What makes a busy pub? – The Cobblestone 

This little tavern, painted in a rustic dark green, stretches across a corner in Smithfield and has become one of the busiest pubs on this side of the Liffey. Every night their opened the Cobblestone is packed to the brim with skilled musicians and skilled drinkers. Everyone is welcome in to enjoy an authentic Irish pub experience. 

Photo taken in Smithfeild by Jack McGovern

The pub is regarded as the home of “trad” music in Dublin; performers like The Chieftains and singer Mary Black, who both performed there once with none other than actor Steve Martin on the banjo, as well as late celebrity chef Anthony Bourdain, Actor Billy Connolly who shot part of a documentary there, and Manu Chao, the pioneer of Latin alternative music, are just a few of the big names who have been there or performed which all add to the global appeal of Irish trad music. 

This family-run business is managed by Tom Mulligan. Music has been a strong theme in the Mulligan family for the past five generations, which is as far back as they can remember. But Tom’s genuine love for music and his strong passion for sharing it makes this pub a welcoming one to all. Patryk Lucaszewski a Polish native who has lived in Dublin for ten years now and has been coming to the Cobblestone since a friend told him what a great music venue it was, which was around 5 years ago now. 

 “When I arrived at the Cobblestone pub for the first time, it looked like it was closed until I got closer, and I heard the music.” 

“When I opened the door, I got a blast of Irish tunes to the face, so many people in the room with all sorts of instruments.” 

“Despite not being an Irish man, in there (the Cobblestone) listening to the music with my Guinness I do a little bit,” Lucaszewski said.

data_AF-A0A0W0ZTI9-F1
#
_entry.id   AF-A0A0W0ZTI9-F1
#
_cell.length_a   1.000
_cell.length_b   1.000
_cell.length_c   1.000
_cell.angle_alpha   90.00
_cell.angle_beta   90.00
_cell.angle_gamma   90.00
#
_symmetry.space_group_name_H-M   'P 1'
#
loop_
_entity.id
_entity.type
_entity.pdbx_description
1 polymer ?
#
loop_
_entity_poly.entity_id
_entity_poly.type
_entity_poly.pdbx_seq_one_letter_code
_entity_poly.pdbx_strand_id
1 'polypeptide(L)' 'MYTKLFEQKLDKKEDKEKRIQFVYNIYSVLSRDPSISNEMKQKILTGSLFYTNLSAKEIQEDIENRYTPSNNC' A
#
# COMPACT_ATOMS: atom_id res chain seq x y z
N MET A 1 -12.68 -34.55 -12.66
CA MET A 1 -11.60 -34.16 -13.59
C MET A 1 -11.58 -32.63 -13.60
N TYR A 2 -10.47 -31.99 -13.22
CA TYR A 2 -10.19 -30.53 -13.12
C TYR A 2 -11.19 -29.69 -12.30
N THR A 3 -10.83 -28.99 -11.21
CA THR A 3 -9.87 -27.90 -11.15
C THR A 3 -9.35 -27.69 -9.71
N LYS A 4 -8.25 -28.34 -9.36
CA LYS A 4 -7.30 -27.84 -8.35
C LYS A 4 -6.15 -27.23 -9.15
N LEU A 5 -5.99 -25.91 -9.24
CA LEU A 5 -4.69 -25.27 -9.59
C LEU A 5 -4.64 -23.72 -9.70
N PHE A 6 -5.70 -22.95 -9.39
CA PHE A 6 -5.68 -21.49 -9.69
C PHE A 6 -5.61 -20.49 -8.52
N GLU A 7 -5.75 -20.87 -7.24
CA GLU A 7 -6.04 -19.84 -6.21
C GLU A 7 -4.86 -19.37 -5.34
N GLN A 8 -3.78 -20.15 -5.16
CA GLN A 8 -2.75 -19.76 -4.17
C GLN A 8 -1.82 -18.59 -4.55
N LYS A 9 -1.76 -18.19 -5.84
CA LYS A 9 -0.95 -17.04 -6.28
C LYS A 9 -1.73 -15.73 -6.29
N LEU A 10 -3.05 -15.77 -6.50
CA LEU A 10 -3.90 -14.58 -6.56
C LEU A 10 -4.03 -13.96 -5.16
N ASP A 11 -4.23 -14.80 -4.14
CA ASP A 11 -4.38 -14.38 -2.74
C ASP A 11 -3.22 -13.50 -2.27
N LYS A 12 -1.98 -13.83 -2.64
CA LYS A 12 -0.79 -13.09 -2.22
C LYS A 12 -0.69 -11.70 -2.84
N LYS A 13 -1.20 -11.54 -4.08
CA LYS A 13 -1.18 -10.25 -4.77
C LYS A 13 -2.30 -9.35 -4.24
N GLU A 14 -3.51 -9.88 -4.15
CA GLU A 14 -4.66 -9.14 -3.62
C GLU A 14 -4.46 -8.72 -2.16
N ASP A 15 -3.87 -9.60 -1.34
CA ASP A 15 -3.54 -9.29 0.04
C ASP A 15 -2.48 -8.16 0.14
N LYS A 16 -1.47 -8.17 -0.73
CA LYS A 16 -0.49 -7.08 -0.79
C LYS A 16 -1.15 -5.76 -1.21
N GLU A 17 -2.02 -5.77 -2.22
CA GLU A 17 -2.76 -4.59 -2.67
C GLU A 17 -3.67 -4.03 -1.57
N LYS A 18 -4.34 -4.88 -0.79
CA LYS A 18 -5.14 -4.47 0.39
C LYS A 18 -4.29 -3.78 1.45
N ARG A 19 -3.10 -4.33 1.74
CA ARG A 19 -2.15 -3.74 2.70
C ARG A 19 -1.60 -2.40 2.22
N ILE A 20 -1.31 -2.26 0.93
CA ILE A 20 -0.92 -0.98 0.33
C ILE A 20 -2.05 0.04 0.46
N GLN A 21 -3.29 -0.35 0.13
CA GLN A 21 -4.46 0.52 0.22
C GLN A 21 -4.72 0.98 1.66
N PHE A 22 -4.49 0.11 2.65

Inside the pub is like a trip back in time when most of the pubs and bars in Dublin are working tirelessly to be modern and in fashion. This pub looks like a traditional pub you would find in the depths of the countryside, its dark red walls almost all completely covered in different music themed art pieces, posters for upcoming music events and pictures of important Irish people as well as local legends. The bar itself is an old dark wooden base surrounded by stools and thirsty customers with all the old-school taps on display.  

Notoriously, in 2021, the beloved bar was at risk of closing its doors for good due to plans to knock down much of the tavern and build a hotel in its place. This news upset so many people, including many passionate musicians who love nothing more than to get together with similar minded people and perform their music as well as listen to others. 

However, when news broke about what was happening to the Cobblestone it sparked outrage among locals and heritage lovers. Mulligan told the Guardian that it “galvanised a lot of people, because it was a kind of breaking point” the people who were moved by this news felt as if there was an accumulation of these situations and it was damaging Irish heritage in Dublin, there was protests on the streets of Dublin.

All this commotion was certainly worth it because when the city council made their decision, they could not ignore the 700 objections submitted in favour of keeping the Cobblestone the way it was and ultimately the planning permission for the hotel was denied. The Cobblestone ended up benefitting from it because by rallying all these people to fight against commercial expansion it created a stronger sense of community by fighting to keep the doors open which in turn gives the customers a sense of ownership that makes them feel part of the famous pub. 

To find out more about the various events and performances happening at Cobblestone, visit for more information. 

Leave a Reply

Your email address will not be published. Required fields are marked *